Fortunately, all whole-house natural gas generators that I have seen will run on propane as well.  Although the change-over from natural gas to propane is usually quite straightforward, you do have to follow the proper procedure.  It can be dangerous to feed a mix of natural gas and propane to your generator.  At a minimum, the changeover usually involves shutting down the generator, moving a fuel lever on your generator to the alternative fuel position, and opening the fuel valve on your emergency supply tank (propane tank).

Natural gas generators usually come set up for natural gas only, and require an inexpensive adapter kit to accommodate the use of propane.  (Your chances of finding the proper adapter kit and propane tanks during a very long-term power outage of any kind are virtually zero, so purchase and install the propane kit in advance.)

For those who live in rural areas, these natural gas/propane generators can be set up to run from the propane in a large propane tank of any size.

During any sort of a long-term power outage, most of the home generators (unlike industrial standby generators) must be shut down once a day or so for brief maintenance for things like checking the oil level.  Other than these brief maintenance periods, the run time is generally limited only by the fuel supply.

The most popular whole-house generators currently being sold are all set to automatically start and run once every week or two, usually for a 20-minute period.  This is a form of automatic self-test and self-maintenance.  Alarm lights will come on if the generator fails to start and run at the preset time.  The alarm lights won't do any good if you don't check them occasionally.  You cannot just buy a standby generator, and then forget about it.  Usually, very little maintenance is required; but you should look for alarm lights and check things like the oil level every week or two.  This only takes a minute or so.  Unless you have a small pull-to-start portable generator, the starting batteries will have to be replaced every few years.  If an EMP event happens (or any other kind of very long-term power outage), you will be extremely glad to have a fresh battery.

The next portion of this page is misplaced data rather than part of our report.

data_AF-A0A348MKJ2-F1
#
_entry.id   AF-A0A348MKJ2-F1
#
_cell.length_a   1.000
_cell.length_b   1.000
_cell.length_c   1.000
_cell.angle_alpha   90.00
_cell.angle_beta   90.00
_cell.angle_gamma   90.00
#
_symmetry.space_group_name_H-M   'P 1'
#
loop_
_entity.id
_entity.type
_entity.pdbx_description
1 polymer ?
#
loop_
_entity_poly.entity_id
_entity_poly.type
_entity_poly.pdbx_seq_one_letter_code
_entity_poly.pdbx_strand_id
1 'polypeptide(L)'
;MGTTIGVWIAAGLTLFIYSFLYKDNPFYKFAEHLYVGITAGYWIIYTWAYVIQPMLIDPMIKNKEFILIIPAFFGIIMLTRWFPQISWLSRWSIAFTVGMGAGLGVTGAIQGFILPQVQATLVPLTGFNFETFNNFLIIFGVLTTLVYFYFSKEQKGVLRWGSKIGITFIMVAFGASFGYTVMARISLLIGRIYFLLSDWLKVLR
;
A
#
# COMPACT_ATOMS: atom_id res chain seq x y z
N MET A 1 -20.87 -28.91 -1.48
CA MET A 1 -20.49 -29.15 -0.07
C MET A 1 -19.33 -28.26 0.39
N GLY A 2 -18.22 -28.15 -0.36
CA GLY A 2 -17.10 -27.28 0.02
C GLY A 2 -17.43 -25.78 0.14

Unless the battery comes with the generator package, get a battery with a larger capacity (in both amp-hours and cold-cranking-amperes) than what is recommended.  Having a large enough battery will greatly increase the chances of the generator starting when you need it to start.

About EMP and other transient protection for your generator:

Most manual-start portable generators are in pretty good shape, even for nuclear EMP, as long as no external wires are connected to them.  This means don't plug in extension cords or other items into a portable generator until you actually need them.  Leaving an unused portable generator with an extension cord plugged into it is just like connecting an EMP antenna to the interior.  If you have a portable generator with obvious electronic "features," be sure that you keep spare parts for the electronics, and keep the spare electronic parts in shielded containers.

The most recent models of many portable generators now have electronic control panels.  There is no easy way to tell if any particular model with an electronic control panel will run after being hit by an EMP.  In some cases, these control panels may just be indicator panels, in which case they should start and run easily in a post-EMP situation.  If there are ushielded semiconductor electronics controlling the start and run circuit (which may be nearly impossible to tell without contacting the manufacturer), then the generator may not start or run.  The safest thing to do, if you have a portable generator with an electronic control panel that you rarely use, may be to keep the generator inside of a box that is wrapped with several layers of heavy-duty aluminum foil whenever the generator is not being used.

For whole-house generators:   At a minimum, you should have a voltage transient suppressor at the input (electric power grid side) of your transfer switch.  If you don't have the time or money to search for and purchase a suppressor that is fast enough for EMP, at least have the electrician install a lightning protector on the input to your transfer switch.  Especially if your only transient protection is a standard lightning protector, then be sure to implement my PLAN B mentioned below.